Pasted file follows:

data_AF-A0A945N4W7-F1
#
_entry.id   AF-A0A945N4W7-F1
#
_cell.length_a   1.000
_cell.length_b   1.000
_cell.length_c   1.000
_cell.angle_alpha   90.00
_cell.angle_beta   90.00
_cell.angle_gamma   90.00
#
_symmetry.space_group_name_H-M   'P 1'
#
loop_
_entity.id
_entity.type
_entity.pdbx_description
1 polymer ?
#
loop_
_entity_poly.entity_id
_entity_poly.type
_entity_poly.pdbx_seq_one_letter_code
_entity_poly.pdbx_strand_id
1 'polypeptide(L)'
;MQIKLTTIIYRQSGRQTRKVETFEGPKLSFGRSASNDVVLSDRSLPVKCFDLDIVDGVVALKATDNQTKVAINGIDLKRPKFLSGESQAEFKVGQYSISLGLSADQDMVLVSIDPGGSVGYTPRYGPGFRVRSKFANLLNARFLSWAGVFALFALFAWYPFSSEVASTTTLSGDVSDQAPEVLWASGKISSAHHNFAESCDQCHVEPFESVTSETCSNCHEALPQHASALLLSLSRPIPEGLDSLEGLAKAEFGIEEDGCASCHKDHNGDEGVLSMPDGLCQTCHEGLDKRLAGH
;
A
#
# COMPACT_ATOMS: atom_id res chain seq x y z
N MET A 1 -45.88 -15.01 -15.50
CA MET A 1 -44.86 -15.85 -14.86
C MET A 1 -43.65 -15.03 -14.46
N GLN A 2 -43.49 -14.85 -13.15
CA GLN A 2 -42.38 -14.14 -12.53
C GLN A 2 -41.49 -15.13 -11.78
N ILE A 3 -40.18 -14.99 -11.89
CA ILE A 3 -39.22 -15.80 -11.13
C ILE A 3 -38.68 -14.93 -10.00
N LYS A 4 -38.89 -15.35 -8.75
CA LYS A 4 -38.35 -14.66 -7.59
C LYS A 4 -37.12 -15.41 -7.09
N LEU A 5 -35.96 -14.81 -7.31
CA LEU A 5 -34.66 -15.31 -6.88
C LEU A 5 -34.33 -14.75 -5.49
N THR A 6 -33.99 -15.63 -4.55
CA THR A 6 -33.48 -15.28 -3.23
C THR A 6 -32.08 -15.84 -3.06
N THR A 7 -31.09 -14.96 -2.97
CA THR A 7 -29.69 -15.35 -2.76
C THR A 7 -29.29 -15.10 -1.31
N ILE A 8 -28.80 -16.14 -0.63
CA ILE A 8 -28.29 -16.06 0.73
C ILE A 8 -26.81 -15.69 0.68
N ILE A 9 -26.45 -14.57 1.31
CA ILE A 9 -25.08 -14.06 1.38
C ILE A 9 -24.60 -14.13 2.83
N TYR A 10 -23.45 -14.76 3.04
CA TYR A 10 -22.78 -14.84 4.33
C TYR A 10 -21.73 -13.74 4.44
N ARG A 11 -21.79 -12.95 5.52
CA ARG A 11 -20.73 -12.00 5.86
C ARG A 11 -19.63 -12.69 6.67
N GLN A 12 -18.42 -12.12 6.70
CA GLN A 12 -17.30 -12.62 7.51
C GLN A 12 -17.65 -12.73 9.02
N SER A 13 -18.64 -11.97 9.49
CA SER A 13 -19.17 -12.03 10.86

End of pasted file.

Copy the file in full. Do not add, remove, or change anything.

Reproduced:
data_AF-A0A945N4W7-F1
#
_entry.id   AF-A0A945N4W7-F1
#
_cell.length_a   1.000
_cell.length_b   1.000
_cell.length_c   1.000
_cell.angle_alpha   90.00
_cell.angle_beta   90.00
_cell.angle_gamma   90.00
#
_symmetry.space_group_name_H-M   'P 1'
#
loop_
_entity.id
_entity.type
_entity.pdbx_description
1 polymer ?
#
loop_
_entity_poly.entity_id
_entity_poly.type
_entity_poly.pdbx_seq_one_letter_code
_entity_poly.pdbx_strand_id
1 'polypeptide(L)'
;MQIKLTTIIYRQSGRQTRKVETFEGPKLSFGRSASNDVVLSDRSLPVKCFDLDIVDGVVALKATDNQTKVAINGIDLKRPKFLSGESQAEFKVGQYSISLGLSADQDMVLVSIDPGGSVGYTPRYGPGFRVRSKFANLLNARFLSWAGVFALFALFAWYPFSSEVASTTTLSGDVSDQAPEVLWASGKISSAHHNFAESCDQCHVEPFESVTSETCSNCHEALPQHASALLLSLSRPIPEGLDSLEGLAKAEFGIEEDGCASCHKDHNGDEGVLSMPDGLCQTCHEGLDKRLAGH
;
A
#
# COMPACT_ATOMS: atom_id res chain seq x y z
N MET A 1 -45.88 -15.01 -15.50
CA MET A 1 -44.86 -15.85 -14.86
C MET A 1 -43.65 -15.03 -14.46
N GLN A 2 -43.49 -14.85 -13.15
CA GLN A 2 -42.38 -14.14 -12.53
C GLN A 2 -41.49 -15.13 -11.78
N ILE A 3 -40.18 -14.99 -11.89
CA ILE A 3 -39.22 -15.80 -11.13
C ILE A 3 -38.68 -14.93 -10.00
N LYS A 4 -38.89 -15.35 -8.75
CA LYS A 4 -38.35 -14.66 -7.59
C LYS A 4 -37.12 -15.41 -7.09
N LEU A 5 -35.96 -14.81 -7.31
CA LEU A 5 -34.66 -15.31 -6.88
C LEU A 5 -34.33 -14.75 -5.49
N THR A 6 -33.99 -15.63 -4.55
CA THR A 6 -33.48 -15.28 -3.23
C THR A 6 -32.08 -15.84 -3.06
N THR A 7 -31.09 -14.96 -2.97
CA THR A 7 -29.69 -15.35 -2.76
C THR A 7 -29.29 -15.10 -1.31
N ILE A 8 -28.80 -16.14 -0.63
CA ILE A 8 -28.29 -16.06 0.73
C ILE A 8 -26.81 -15.69 0.68
N ILE A 9 -26.45 -14.57 1.31
CA ILE A 9 -25.08 -14.06 1.38
C ILE A 9 -24.60 -14.13 2.83
N TYR A 10 -23.45 -14.76 3.04
CA TYR A 10 -22.78 -14.84 4.33
C TYR A 10 -21.73 -13.74 4.44
N ARG A 11 -21.79 -12.95 5.52
CA ARG A 11 -20.73 -12.00 5.86
C ARG A 11 -19.63 -12.69 6.67
N GLN A 12 -18.42 -12.12 6.70
CA GLN A 12 -17.30 -12.62 7.51
C GLN A 12 -17.65 -12.73 9.02
N SER A 13 -18.64 -11.97 9.49
CA SER A 13 -19.17 -12.03 10.86